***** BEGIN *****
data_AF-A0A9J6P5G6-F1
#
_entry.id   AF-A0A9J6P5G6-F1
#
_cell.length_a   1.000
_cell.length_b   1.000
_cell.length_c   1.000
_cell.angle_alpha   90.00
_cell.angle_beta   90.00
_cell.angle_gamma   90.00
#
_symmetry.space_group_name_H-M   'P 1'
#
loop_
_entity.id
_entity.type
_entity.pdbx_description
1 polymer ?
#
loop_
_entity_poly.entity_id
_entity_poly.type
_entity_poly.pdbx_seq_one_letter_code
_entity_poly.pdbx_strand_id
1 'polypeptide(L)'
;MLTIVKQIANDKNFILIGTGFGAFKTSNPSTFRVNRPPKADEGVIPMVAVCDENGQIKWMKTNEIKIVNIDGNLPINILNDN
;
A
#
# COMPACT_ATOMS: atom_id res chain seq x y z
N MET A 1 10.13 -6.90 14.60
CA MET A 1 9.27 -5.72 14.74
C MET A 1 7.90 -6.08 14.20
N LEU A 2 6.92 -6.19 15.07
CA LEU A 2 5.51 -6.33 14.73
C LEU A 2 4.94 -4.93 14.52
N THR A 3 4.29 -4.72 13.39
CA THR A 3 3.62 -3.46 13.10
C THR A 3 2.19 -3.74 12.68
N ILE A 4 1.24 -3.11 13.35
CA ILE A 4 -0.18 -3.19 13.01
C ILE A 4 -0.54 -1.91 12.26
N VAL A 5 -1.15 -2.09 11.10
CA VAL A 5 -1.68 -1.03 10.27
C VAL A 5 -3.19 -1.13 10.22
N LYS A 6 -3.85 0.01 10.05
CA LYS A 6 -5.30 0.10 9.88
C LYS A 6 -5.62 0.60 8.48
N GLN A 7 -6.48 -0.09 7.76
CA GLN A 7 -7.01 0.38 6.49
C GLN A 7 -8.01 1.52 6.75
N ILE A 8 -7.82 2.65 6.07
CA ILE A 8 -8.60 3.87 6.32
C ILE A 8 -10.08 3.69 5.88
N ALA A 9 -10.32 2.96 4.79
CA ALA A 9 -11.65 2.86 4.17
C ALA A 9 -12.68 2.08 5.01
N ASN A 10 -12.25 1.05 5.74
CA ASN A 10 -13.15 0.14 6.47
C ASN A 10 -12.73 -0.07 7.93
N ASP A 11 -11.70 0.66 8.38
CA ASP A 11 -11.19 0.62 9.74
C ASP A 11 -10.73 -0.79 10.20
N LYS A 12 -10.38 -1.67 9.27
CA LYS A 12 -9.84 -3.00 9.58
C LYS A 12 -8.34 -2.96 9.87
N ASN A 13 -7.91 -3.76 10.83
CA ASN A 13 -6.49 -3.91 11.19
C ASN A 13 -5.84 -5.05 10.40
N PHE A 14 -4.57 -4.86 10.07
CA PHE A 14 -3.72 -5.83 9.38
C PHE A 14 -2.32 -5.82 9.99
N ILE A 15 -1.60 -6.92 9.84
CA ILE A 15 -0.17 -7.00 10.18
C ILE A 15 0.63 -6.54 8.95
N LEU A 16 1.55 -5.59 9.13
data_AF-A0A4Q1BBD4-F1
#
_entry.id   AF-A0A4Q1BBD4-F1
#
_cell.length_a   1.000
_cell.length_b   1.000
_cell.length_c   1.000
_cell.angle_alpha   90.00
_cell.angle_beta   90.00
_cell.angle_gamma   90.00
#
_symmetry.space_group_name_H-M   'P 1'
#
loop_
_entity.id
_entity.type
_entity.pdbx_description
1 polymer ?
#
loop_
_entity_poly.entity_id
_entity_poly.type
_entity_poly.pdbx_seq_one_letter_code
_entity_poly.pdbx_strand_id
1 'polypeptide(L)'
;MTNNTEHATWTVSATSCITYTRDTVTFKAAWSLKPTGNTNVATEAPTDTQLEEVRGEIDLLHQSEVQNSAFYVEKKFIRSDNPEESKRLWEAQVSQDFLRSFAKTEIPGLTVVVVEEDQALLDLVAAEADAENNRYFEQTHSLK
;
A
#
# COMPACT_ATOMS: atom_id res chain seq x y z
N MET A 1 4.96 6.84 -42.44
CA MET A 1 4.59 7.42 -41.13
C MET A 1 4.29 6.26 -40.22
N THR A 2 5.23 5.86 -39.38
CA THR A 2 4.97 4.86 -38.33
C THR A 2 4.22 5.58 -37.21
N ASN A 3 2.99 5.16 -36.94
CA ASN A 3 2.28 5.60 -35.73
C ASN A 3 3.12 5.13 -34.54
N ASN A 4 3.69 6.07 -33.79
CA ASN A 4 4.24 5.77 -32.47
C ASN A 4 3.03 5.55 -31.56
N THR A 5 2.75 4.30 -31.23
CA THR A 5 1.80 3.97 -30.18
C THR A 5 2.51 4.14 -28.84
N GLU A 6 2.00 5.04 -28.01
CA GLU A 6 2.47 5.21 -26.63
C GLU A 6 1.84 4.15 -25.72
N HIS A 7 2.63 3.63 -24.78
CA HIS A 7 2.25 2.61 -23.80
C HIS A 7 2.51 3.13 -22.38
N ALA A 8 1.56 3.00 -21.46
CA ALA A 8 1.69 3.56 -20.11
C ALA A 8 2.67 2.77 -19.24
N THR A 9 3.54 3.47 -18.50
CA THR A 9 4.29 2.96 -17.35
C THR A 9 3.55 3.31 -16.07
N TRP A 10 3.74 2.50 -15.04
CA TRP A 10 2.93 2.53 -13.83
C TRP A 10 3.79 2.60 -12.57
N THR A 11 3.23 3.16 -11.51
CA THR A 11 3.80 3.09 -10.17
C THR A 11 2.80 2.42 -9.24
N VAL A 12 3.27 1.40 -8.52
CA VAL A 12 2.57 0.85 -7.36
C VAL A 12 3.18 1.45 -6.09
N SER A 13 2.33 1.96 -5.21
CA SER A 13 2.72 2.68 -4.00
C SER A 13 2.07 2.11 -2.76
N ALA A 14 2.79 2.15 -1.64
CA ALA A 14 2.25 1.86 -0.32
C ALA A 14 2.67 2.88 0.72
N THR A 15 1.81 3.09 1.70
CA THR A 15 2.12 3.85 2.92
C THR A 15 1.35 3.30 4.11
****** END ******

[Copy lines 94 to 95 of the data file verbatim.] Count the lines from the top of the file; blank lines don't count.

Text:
1 polymer ?
#